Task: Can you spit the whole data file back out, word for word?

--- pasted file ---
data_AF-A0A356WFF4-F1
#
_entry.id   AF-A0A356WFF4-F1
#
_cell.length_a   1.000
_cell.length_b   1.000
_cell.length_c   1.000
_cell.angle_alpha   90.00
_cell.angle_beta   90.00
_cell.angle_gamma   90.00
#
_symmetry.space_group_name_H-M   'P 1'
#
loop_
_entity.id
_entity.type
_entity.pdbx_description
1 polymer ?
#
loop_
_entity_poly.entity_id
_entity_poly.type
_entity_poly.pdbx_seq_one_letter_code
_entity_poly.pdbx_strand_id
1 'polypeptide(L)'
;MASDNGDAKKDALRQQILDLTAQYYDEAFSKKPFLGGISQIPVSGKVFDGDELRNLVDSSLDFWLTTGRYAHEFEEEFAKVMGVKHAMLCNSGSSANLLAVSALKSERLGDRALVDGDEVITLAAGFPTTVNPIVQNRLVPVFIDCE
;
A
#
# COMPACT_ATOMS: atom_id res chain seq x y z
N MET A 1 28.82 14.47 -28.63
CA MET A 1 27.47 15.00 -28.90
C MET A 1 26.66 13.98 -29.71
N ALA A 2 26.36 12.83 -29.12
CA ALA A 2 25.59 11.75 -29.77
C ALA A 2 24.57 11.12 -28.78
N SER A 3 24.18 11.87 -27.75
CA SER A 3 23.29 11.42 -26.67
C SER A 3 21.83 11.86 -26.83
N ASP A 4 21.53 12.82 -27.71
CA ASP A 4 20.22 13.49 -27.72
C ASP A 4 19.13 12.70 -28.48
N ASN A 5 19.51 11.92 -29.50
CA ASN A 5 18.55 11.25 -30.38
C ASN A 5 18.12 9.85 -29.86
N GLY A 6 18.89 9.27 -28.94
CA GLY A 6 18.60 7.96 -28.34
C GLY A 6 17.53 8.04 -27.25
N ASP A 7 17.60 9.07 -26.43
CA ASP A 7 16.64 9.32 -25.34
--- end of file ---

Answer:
data_AF-A0A356WFF4-F1
#
_entry.id   AF-A0A356WFF4-F1
#
_cell.length_a   1.000
_cell.length_b   1.000
_cell.length_c   1.000
_cell.angle_alpha   90.00
_cell.angle_beta   90.00
_cell.angle_gamma   90.00
#
_symmetry.space_group_name_H-M   'P 1'
#
loop_
_entity.id
_entity.type
_entity.pdbx_description
1 polymer ?
#
loop_
_entity_poly.entity_id
_entity_poly.type
_entity_poly.pdbx_seq_one_letter_code
_entity_poly.pdbx_strand_id
1 'polypeptide(L)'
;MASDNGDAKKDALRQQILDLTAQYYDEAFSKKPFLGGISQIPVSGKVFDGDELRNLVDSSLDFWLTTGRYAHEFEEEFAKVMGVKHAMLCNSGSSANLLAVSALKSERLGDRALVDGDEVITLAAGFPTTVNPIVQNRLVPVFIDCE
;
A
#
# COMPACT_ATOMS: atom_id res chain seq x y z
N MET A 1 28.82 14.47 -28.63
CA MET A 1 27.47 15.00 -28.90
C MET A 1 26.66 13.98 -29.71
N ALA A 2 26.36 12.83 -29.12
CA ALA A 2 25.59 11.75 -29.77
C ALA A 2 24.57 11.12 -28.78
N SER A 3 24.18 11.87 -27.75
CA SER A 3 23.29 11.42 -26.67
C SER A 3 21.83 11.86 -26.83
N ASP A 4 21.53 12.82 -27.71
CA ASP A 4 20.22 13.49 -27.72
C ASP A 4 19.13 12.70 -28.48
N ASN A 5 19.51 11.92 -29.50
CA ASN A 5 18.55 11.25 -30.38
C ASN A 5 18.12 9.85 -29.86
N GLY A 6 18.89 9.27 -28.94
CA GLY A 6 18.60 7.96 -28.34
C GLY A 6 17.53 8.04 -27.25
N ASP A 7 17.60 9.07 -26.43
CA ASP A 7 16.64 9.32 -25.34